Twenty-five years ago I joined a local health club called European Health Spa. At the entrance of the facility stood this huge statue of Atlas, the Greek god, who with unparalleled strength, held the world on his shoulders. Every time I entered the spa I looked up at Atlas and wondered if by working out I could have such a physique. Well, I never got there, and now — twenty-five years later — I’m just fighting to keep off the additional pounds and maintain the few muscles that I do have.
On the day I joined the club, a trainer led me through the weight-room and explained how to use each piece of equipment; he taught me the basic rules of working with weights. “Lifting heavy weights with fewer repetitions,” he said, “would build bulk (bigger muscles), while lifting lighter weights with more repetitions would build greater definition.”
To me, it seemed like a choice – either to sculpt muscles or build them up. Well, I went for the bulk. And though I was never too strong, I endured the greater pain of lifting the heavier weights, hoping that one day I’d look like Atlas’ younger brother.
I realize now that I should have thought of muscular fitness from both angles – using the heavy weights to fill in some areas of my body but also the light weights to tone muscles and keep them in shape.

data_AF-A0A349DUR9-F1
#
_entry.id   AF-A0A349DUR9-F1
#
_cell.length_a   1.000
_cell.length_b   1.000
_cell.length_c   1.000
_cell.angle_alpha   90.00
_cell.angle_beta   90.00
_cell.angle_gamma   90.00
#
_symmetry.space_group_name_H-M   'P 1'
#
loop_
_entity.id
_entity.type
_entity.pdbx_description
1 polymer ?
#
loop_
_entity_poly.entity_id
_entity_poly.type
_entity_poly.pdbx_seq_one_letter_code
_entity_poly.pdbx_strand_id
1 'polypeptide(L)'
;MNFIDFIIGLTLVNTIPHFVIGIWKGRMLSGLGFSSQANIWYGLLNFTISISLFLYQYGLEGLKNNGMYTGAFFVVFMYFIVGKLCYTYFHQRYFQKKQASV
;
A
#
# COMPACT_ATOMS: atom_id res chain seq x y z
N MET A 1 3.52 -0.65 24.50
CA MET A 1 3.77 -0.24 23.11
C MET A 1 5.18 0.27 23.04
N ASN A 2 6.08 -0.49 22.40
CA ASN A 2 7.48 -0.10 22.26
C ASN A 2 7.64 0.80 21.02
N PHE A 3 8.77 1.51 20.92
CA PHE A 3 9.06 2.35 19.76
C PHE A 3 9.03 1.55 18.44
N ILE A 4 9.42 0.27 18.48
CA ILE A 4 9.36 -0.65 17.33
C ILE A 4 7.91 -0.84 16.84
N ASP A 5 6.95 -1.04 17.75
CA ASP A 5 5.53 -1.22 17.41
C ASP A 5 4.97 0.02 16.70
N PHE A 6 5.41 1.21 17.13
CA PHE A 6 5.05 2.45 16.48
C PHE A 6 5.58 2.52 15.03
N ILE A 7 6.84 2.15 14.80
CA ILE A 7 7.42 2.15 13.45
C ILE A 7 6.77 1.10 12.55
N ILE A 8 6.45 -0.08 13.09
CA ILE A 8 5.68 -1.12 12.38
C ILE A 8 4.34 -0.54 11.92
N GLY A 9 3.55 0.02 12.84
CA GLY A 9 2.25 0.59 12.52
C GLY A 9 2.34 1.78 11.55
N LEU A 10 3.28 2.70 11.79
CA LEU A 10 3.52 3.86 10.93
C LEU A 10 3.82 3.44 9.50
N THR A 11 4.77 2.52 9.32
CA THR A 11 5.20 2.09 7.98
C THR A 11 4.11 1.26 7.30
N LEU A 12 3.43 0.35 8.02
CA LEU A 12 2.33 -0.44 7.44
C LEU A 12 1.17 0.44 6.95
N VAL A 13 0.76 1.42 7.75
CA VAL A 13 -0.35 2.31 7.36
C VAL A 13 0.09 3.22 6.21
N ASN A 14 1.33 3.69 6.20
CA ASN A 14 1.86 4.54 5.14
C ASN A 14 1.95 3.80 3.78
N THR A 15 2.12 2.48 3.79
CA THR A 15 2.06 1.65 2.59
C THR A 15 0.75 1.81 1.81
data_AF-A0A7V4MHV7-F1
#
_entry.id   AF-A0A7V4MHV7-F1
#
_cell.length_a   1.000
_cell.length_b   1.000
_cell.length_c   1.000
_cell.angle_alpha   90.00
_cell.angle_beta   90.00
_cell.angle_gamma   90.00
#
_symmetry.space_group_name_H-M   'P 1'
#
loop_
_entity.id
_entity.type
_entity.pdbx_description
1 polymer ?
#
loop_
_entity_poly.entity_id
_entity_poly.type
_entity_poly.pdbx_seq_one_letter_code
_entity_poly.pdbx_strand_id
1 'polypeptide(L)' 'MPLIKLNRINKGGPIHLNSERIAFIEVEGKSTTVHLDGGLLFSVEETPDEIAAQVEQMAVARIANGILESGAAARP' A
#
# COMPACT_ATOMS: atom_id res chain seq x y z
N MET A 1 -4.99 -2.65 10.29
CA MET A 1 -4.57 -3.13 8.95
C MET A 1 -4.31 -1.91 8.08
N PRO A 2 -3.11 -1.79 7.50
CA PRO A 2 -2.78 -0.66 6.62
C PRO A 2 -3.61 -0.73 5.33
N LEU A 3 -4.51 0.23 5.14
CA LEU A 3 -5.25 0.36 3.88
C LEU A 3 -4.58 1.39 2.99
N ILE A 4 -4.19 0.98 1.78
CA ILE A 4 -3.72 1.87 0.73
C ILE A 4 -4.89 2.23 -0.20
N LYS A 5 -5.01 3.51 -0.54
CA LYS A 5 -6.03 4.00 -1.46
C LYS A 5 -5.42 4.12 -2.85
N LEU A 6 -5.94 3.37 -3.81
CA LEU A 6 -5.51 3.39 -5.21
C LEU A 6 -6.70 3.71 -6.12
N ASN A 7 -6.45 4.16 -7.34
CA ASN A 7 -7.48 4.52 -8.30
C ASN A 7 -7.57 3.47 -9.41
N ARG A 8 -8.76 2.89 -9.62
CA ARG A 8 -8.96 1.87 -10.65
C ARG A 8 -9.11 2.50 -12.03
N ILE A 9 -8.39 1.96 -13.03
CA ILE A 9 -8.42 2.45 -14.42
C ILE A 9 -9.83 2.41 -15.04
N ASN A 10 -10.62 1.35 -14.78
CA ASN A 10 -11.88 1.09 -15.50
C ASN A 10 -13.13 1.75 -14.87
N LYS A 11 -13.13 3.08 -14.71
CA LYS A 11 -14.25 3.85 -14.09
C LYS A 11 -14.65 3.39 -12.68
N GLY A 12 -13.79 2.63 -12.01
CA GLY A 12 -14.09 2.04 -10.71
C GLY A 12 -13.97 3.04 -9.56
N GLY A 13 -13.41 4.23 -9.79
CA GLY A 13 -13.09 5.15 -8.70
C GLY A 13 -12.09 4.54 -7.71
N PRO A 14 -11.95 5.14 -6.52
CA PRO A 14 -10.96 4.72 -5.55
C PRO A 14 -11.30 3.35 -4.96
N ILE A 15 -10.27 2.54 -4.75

I have also determined that just as important as a plan for physical fitness is a plan for the further development and toning of one’s emotional and intellectual faculties. I see myself, for example, needing not only greater intellectual bulk (knowledge) but also greater emotional refinement. In addition to knowing more, I want to improve the way I respond to the world. I want to maintain a more honest and mature appraisal of life and my purpose here on earth.
Days 2-5 Guide
Use the Joyous Gard Cycle of Days as an outline for your own “life plan.” The individual days identify important areas of fitness: ideas, knowledge, emotion, work, humor and sympathy. I believe that one’s psychological fitness is best realized by instituting a plan to work on all of these human essentials.
© 2005, Levi Hill